AS things stand, far too many of our young people face the economic Armageddon of a jobs landscape laid waste by the coronavirus.

According to some estimates we could see up to 60,000 more young people out of work over the next few months and for a generation that has already been hit hard by the pandemic, many may yet face the hopelessness of long-term unemployment.

It goes further, of course, than the impact on young lives. A shortage of young people in the workforce has dire consequences for the health of our economy. Less fresh thinking, fewer new ideas, a more limited talent pool to teach the ropes of business and take our industries forward.

So what if we tried giving school leavers a different perspective on their future? What if we instilled in them the belief that they can be entrepreneurs, business owners and employers themselves?

One of the key conclusions of the Scottish Government’s Advisory Group on Economic Recovery (AGER) was that to respond to the Covid-19 downturn effectively, we must align education and skills training with the requirements of business. The AGER and others too pointed out that we must anchor economic recovery firmly with small businesses and start-ups.

Given both these points of view, my goal is to see enterprise learning become an integral part of our education system, from primary school through to college. All small businesses, after all, need entrepreneurial drive to survive, evolve and eventually scale up.

Each year, Young Enterprise Scotland runs a series of enterprise programmes that follow a development path from primary school through to further education colleges, embracing a ‘learning by doing’ approach.

We run a ‘fiver challenge’ for 8-10 year-olds to set up mini-businesses and create products or services that they can sell or deliver at a profit, in partnership with the local community.

This leads into the ‘tenner challenge’ for S1/S3 and then onto the fully accredited Company Programme for 16-18 year-olds, which allows young people to express their innovation and creativity.

At college level we run Bridge 2 Business which offers students who have an interest in setting up their own company, or who are looking to take enterprise skills into the workplace, opportunities to engage directly with appropriate role models.

Introducing young people to business at an early stage and teaching entrepreneurial skills empowers them. Good communication, resilience and adaptability, risk taking, team working, and problem-solving, as they also develop business plans, deal with cash flow and learn the art of marketing, can be taught and nurtured.

Company Programme alumni, who include the likes of Chris van der Kuyl, have spoken about how liberating the scheme is. For them it opened up the possibility of starting their own business, while knowing they could walk into any interview situation knowing they had something to contribute.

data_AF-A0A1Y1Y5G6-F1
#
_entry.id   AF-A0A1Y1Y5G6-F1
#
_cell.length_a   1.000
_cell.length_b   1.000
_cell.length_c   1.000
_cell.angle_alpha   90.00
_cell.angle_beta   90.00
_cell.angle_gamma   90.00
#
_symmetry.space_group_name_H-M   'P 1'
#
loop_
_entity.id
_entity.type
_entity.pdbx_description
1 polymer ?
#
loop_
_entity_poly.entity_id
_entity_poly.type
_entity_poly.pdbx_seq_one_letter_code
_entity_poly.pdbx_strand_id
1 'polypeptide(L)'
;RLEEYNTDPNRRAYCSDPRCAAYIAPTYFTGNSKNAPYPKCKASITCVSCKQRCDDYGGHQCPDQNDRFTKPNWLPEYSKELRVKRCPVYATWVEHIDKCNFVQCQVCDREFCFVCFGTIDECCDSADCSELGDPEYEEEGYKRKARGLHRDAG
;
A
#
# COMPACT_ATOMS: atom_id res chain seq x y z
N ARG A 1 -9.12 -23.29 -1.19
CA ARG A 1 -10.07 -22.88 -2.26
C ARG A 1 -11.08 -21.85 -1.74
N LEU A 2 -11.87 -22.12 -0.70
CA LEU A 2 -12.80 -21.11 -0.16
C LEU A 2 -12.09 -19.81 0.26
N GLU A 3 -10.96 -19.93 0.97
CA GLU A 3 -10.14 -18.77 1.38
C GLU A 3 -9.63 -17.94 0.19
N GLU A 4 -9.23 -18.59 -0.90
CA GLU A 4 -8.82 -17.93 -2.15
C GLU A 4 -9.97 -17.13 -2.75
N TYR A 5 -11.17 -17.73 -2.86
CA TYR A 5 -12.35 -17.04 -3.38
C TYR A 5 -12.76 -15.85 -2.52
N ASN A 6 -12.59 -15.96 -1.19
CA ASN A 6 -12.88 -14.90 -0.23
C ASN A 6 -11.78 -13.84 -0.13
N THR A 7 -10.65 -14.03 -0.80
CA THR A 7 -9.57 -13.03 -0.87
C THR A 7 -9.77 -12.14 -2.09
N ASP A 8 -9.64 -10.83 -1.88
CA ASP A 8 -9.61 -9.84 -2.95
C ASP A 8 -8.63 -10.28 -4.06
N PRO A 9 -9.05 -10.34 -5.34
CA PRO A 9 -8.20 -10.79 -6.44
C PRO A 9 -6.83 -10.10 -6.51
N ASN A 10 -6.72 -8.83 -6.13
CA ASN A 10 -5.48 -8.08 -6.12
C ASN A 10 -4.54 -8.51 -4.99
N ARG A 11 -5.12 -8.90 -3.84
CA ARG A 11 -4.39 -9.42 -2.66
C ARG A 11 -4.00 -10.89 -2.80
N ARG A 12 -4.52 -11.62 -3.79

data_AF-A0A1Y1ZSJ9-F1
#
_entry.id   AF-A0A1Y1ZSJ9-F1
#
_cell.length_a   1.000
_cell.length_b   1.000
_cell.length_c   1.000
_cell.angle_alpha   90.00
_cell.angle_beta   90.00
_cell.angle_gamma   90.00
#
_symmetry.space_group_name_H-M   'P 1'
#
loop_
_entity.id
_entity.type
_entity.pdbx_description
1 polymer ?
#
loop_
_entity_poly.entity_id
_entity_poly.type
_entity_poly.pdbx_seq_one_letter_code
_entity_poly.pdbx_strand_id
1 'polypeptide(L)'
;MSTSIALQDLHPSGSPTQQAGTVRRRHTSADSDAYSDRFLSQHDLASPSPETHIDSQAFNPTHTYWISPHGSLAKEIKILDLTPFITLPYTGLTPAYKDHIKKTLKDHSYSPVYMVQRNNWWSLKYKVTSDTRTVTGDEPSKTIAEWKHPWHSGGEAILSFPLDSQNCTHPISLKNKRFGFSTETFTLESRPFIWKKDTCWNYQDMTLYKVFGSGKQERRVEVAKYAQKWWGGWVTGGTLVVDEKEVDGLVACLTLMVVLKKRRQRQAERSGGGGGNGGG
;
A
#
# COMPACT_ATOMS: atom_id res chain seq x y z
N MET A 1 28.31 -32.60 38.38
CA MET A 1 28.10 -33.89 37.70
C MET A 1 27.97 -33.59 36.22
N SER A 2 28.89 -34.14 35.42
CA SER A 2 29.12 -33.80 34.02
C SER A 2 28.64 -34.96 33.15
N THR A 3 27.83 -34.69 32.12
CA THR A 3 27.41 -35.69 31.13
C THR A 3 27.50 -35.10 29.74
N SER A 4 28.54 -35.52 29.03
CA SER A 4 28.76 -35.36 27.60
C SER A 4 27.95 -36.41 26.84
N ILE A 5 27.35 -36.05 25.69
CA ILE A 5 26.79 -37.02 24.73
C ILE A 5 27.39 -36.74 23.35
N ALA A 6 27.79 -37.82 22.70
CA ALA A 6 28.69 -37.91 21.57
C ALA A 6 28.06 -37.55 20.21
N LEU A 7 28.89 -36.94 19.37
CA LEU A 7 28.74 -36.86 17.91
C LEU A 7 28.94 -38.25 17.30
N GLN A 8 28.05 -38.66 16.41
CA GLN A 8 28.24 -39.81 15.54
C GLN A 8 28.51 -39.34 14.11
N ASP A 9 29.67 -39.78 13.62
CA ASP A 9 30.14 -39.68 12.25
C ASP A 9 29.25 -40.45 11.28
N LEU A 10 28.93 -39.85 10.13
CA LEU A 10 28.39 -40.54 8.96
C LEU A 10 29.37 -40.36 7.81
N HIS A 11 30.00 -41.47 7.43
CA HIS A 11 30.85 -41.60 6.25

Our success, however, depends on the engagement of business at all levels. We rely on business people volunteering their time and expertise to guide the school teams through their Company Programme activity, or to act as mentors in the Bridge to Business programme.

We need sponsors, including for the Circular Economy Challenge, which is doing a vital job of introducing primary school children to the roles and challenges in the green sector.

We also work with businesses to develop and deliver online courses and workshops free of charge to a growing network of young people. Thanks to the Scottish Tech Army, in the space of three months, we have become a digital operation with the capabilities to deliver all of our programmes and support online.

In many ways, Scotland is leading the way in enterprise education, enabling children and young people to develop enterprising skills in a real-life context. We give them an introduction to, and an understanding of, the world of business, through design, technology, market research, business plans, spreadsheets and sales and marketing.

Scotland is also the first in the UK to offer young people a qualification in entrepreneurial skills with the SCQF accredited Company Programme. And just as we have forged a path, so we can easily scale up our programmes with support and funding.

Even as the prospects for our young people look grim, we can still teach a mindset that inspires hope and progress. The question is, will you back them to succeed?

Geoff Leask is the chief executive of Young Enterprise Scotland